An Ounce of Prevention
There are currently dozens of telehealth bills in Congress. As is the case with most pieces of federal legislation, a majority of these bills will go nowhere. However, some have the potential to become law and significantly reshape or at least affect the rules concerning the delivery and coverage of telehealth services.
The Centers for Medicare & Medicaid Services (CMS) has issued its 2022 Medicare Physician Fee Schedule proposed rule. Within it are some potentially significant developments concerning remote therapeutic monitoring (RTM), which we will discuss below.
For practitioners, getting a patient to adhere to a realistic treatment plan is probably one of the toughest aspects of delivering healthcare. The old proverb "You can lead a horse to water, but you can't make it drink" speaks volumes to how patients often behave and interact with treatment plans designed to mitigate the effects of their chronic diseases.
Over just the past few years, the usage and application of telehealth services have begun to grow tremendously, fueled largely by the pandemic.
When COVID-19 hit, it hit hard — mentally, physically, and financially. The initial impact left by the virus was far reaching, wreaking havoc on the health and financial wellness of nearly every American. Among healthcare providers, one of the groups that took a big hit early on was primary care providers (PCPs). COVID-19 risk, fear, and uncertainty contributed to the lockdowns that directly impacted PCPs' bottom lines and productivity. They were forced to postpone what were deemed unnecessary patient visits, including the Medicare annual wellness visit (AWV), and scramble to piece together creative pathways for safe, socially distanced care that could also generate enough of a continuous stream of incoming revenue to keep practices afloat amid the pandemic's storm.
Prevounce Health, creators of the Prevounce Care Coordination Platform, announces a call for entries for its annual Preventive Health Scholarship Program.
A broad, bipartisan group of 50 senators recently reintroduced the CONNECT for Health Act for a fourth time, and there is an expectation that this massive telehealth bill could become law. The bill was first introduced in 2016 and is generally considered the most comprehensive telehealth legislation in Congress. The latest version is officially known as the Creating Opportunities Now for Necessary and Effective Care Technologies (CONNECT) for Health Act of 2021.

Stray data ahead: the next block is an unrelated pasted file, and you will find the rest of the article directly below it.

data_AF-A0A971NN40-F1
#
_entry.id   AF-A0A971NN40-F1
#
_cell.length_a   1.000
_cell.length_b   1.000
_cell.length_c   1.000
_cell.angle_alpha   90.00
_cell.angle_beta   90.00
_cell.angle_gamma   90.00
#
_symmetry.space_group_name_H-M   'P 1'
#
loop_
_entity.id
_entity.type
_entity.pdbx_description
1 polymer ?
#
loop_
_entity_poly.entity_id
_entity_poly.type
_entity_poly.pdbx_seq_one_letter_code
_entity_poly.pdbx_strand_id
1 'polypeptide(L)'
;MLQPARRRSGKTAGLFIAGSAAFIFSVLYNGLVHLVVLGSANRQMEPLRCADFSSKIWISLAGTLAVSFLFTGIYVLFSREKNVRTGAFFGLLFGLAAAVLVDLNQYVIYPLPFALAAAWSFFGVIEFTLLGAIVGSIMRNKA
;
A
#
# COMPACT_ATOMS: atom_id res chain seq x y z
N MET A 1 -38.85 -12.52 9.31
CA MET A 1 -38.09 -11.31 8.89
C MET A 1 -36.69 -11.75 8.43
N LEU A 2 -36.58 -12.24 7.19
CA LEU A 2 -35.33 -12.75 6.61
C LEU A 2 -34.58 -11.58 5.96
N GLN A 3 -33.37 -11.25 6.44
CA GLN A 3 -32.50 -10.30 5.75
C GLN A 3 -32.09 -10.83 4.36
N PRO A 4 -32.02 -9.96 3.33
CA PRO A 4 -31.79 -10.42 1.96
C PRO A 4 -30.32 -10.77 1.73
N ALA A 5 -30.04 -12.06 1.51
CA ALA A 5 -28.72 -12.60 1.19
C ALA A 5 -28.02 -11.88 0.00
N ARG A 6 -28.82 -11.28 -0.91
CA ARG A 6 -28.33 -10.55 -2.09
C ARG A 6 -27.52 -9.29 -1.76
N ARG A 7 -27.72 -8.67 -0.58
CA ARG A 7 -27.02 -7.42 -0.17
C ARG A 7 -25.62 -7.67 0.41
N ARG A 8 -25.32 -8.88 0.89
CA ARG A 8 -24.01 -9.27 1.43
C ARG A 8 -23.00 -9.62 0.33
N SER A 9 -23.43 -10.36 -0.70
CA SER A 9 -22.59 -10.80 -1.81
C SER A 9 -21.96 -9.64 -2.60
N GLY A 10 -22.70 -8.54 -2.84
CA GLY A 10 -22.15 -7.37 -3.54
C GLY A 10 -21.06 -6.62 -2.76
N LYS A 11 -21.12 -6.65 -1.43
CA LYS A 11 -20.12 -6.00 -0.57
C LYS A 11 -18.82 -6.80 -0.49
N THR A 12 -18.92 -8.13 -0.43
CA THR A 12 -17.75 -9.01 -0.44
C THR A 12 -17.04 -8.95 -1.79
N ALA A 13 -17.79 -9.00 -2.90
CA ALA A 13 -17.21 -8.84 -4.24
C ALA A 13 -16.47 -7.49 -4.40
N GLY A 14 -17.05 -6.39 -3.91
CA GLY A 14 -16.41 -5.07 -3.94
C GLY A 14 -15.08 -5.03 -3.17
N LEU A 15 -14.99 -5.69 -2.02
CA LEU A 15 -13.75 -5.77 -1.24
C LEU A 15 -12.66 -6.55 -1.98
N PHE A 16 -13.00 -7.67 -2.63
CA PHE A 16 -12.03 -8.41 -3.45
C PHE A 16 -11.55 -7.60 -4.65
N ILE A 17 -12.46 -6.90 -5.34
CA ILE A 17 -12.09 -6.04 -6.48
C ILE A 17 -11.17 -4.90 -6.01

Even before COVID-19 quarantined us to our homes, the concept of telehealth was quietly gaining the traction and attention it rightfully deserves. Then the pandemic hit and suddenly it seemed like telehealth was everywhere. One form of telehealth that has emerged as a service valued by patients and doctors is remote patient monitoring, sometimes referred to as "RPM."
It's no secret that hypertension is one of the most widespread chronic diseases affecting Americans today. The average American diet and sedate lifestyle have begun to create confounding and devastating effects as Americans age into older adulthood. As more Americans are diagnosed with hypertension, it's important that we fully understand the true cost of this often-silent condition and constructively address ways to create a significant impact on mitigating this gateway chronic disease via solutions such as chronic care management (CCM) and remote patient monitoring (RPM).
Looking to leverage FCC funding to launch or expand a remote patient monitoring program (RPM)? Pylo devices by Prevounce are fully qualified for FCC reimbursement, and the Prevounce platform makes it easy to deliver RPM services and connect to your EMR. Want to learn more? Click here. The Federal Communications Commission (FCC) has announced it will provide $249.5 million in FCC telehealth "grants" for healthcare providers delivering telehealth services. The application window is open from noon ET on Thursday, April 29, through noon ET on Thursday, May 6 (seven calendar days).